The Healing Power of Humor

by University Relations

There’s nothing funny about cancer. It wasn’t funny when a doctor told Jerry Duprez ’75, Ph.D., that a routine CT scan revealed a 17-centimeter tumor in his abdomen. It wasn’t funny when he heard he had stage III testicular cancer and less than a 15 percent chance of survival. Yet, somehow this clinical psychologist, who bravely underwent chemotherapy and two operations in six months, miraculously beat the odds and remains cancer-free five years later. The key to his fight and recovery: humor.

Throughout his treatment, humor kept popping up in unexpected ways, and Duprez found himself laughing in the midst of bleak circumstances. He recorded the lighter moments of his heavy season, envisioning a comedy sketch, but penned a book instead. Accustomed to hard work and unable to return to his private practice at the time, he produced the rough draft in one week. The end product, A Sack Half Full (Tate Publishing, 2012), offers a humorous memoir chronicling Duprez’s struggle with testicular cancer. He frankly describes the humbling nature of the disease, balancing extreme honesty and pain with comic relief. It took first place in the autobiography/biography category of the 2014 Christian Writers’ Awards presented by Xulon Press—an honor that affirms Duprez’s talent and sincerity in addressing a difficult topic.

“Parts are raw—it’s testicular cancer,” said Duprez of his book.“To be able to laugh in the midst of that, you hold on to those moments.” He acknowledges it is not for everyone. Those offended by edgy jokes or squeamish about personal details may want to leave it on the shelf. But for those interested, Duprez hopes his humor breaks the ice and normalizes testicular cancer as a topic of conversation, increases awareness, and ultimately, removes the stigma of shame attached to the diagnosis.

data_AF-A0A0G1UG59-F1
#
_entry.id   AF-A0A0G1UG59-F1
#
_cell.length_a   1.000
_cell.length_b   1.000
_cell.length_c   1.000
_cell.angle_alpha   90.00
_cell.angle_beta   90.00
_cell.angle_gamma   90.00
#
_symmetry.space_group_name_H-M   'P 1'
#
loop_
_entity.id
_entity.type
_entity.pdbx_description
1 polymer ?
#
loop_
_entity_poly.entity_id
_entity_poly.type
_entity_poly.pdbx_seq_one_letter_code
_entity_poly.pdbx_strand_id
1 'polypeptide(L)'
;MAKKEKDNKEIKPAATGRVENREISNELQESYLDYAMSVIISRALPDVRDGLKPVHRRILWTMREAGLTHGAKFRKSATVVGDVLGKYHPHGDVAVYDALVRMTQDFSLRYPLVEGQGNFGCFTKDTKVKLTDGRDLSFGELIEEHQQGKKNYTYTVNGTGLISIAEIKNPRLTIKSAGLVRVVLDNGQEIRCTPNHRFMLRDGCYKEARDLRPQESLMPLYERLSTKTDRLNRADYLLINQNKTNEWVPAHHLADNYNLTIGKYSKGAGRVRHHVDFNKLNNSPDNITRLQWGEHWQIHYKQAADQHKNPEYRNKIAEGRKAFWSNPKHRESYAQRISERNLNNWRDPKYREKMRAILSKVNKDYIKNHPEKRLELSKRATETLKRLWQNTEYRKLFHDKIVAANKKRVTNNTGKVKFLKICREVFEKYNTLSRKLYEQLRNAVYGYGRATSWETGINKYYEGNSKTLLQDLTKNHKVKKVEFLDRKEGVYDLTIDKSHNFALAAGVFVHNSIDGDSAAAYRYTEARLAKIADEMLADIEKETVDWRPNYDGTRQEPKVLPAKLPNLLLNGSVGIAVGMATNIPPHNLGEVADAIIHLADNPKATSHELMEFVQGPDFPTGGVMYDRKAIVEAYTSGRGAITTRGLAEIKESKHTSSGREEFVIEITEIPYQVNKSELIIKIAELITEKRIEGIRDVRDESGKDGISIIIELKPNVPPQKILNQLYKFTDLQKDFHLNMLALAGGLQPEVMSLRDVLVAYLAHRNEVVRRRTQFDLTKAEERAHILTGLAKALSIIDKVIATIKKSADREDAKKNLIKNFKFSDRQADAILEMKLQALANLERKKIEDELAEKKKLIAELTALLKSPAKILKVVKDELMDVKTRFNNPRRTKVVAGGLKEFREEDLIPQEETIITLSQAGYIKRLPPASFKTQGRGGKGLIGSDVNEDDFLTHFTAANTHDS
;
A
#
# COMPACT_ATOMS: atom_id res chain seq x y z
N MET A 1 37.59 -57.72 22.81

Jokes aside, Duprez pulls from his own experience of getting his affairs in order to prompt readers to prepare their legacy. While he felt peace about his probable impending death, he worried about the well-being of his wife and five children. This inspired a workbook that walks readers through end-of-life issues. He urges readers to pursue their legacy and approach it with intention, supporting his call to action with Proverbs 13:22: “A good person leaves an inheritance for his children’s children” (NAS).

Duprez’s advice comes not only from his faith, but also from his years of education and experience. In addition to his 30-year psychology practice, he holds bachelor’s degrees in physical education and psychology from APU; master’s degrees in psychology and special education from California State University, Los Angeles; and a Ph.D. in Psychology from the University of Southern California. Duprez approaches his work with new compassion and perspective on life, transformed by his battle with cancer. “Every person who comes into my office has something to overcome. My near-death experience has given me a deeper appreciation of my clients’ struggles, the priority of God, and the value of community and hope.”

Originally published in the Summer '14 issue of APU Life. Download the PDF or view all issues.